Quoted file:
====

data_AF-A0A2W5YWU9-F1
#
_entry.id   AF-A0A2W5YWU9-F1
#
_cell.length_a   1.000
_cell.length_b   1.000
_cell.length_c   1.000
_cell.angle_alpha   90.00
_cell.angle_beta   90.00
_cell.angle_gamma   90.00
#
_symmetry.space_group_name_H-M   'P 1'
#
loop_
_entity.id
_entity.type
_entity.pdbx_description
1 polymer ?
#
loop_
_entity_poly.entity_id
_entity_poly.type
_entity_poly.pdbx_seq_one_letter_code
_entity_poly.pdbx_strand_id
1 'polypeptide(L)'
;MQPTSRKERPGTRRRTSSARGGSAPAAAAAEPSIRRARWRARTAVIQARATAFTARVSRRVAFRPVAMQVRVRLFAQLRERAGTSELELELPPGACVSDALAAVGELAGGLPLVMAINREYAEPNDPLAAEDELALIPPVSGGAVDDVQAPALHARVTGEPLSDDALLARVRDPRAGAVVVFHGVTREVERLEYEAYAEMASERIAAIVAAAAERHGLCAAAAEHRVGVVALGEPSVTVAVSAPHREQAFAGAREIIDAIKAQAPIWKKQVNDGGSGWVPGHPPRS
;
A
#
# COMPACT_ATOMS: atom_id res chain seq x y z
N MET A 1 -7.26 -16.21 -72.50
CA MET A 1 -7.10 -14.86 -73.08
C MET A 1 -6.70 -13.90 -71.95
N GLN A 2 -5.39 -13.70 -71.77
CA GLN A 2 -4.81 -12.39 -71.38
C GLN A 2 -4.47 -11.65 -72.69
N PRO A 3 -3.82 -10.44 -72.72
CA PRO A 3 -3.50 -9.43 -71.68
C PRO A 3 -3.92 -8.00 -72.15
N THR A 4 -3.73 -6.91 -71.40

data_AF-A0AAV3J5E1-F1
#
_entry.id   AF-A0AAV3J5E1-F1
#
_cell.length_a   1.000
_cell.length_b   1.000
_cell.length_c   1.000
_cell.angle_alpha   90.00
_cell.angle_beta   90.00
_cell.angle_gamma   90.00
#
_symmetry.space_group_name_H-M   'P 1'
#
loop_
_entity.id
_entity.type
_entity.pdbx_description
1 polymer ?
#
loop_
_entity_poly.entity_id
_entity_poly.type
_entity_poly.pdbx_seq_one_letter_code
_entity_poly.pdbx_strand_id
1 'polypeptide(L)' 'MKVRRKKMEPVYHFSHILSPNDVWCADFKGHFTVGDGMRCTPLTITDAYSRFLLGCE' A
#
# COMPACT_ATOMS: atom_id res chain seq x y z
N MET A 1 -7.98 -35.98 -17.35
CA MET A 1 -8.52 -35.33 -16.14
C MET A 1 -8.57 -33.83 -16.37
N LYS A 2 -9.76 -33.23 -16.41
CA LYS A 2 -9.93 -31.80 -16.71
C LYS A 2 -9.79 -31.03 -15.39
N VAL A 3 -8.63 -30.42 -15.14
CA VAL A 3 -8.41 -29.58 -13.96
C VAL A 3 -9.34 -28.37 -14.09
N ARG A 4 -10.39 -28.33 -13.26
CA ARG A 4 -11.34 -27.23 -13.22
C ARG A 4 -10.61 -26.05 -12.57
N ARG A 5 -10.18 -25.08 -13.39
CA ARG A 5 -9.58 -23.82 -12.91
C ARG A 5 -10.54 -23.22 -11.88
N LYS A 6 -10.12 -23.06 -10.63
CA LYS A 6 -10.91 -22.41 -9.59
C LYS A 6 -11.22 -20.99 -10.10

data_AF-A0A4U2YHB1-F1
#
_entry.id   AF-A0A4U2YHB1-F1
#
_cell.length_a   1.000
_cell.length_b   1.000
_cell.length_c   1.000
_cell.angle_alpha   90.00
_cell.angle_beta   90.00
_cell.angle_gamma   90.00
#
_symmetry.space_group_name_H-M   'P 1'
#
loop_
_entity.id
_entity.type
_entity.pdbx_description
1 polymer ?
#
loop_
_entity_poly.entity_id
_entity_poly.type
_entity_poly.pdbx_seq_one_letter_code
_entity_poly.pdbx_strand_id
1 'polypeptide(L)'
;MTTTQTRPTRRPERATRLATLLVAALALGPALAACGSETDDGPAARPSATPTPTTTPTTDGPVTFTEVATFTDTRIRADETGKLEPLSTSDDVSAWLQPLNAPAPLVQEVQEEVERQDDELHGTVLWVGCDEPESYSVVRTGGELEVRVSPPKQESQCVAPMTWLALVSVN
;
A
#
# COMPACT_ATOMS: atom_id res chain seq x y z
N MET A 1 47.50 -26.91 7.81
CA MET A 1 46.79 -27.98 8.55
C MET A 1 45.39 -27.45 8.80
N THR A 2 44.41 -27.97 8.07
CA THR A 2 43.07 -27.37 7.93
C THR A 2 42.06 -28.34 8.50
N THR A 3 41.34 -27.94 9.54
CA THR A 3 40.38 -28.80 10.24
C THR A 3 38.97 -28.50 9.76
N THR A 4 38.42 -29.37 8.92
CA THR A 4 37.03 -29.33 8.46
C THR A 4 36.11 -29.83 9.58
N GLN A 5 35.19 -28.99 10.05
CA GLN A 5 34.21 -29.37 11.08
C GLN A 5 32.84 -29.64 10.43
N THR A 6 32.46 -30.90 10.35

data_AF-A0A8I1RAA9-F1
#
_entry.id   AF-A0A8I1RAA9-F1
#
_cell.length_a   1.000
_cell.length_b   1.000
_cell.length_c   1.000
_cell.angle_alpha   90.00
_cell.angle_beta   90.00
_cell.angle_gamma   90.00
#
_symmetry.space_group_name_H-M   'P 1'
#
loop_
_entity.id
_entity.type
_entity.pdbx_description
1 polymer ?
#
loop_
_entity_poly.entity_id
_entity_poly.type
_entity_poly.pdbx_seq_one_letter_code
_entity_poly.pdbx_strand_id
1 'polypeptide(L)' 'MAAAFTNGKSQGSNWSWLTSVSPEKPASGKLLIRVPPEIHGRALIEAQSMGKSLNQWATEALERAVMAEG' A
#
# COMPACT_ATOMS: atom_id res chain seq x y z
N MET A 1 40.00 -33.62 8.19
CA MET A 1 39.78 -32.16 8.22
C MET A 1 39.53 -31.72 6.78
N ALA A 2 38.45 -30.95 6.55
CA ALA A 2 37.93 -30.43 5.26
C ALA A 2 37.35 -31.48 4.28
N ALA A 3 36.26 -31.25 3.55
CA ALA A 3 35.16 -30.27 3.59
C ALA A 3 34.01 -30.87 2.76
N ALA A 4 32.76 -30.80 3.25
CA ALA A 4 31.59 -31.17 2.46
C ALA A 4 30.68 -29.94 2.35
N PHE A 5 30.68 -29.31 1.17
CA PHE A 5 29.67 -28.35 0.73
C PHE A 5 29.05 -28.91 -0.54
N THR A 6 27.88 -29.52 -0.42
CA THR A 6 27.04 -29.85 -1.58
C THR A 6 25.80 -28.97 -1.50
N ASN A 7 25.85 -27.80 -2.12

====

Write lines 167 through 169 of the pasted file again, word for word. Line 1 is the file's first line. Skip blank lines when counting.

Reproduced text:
C ALA A 3 34.01 -30.87 2.76
N ALA A 4 32.76 -30.80 3.25
CA ALA A 4 31.59 -31.17 2.46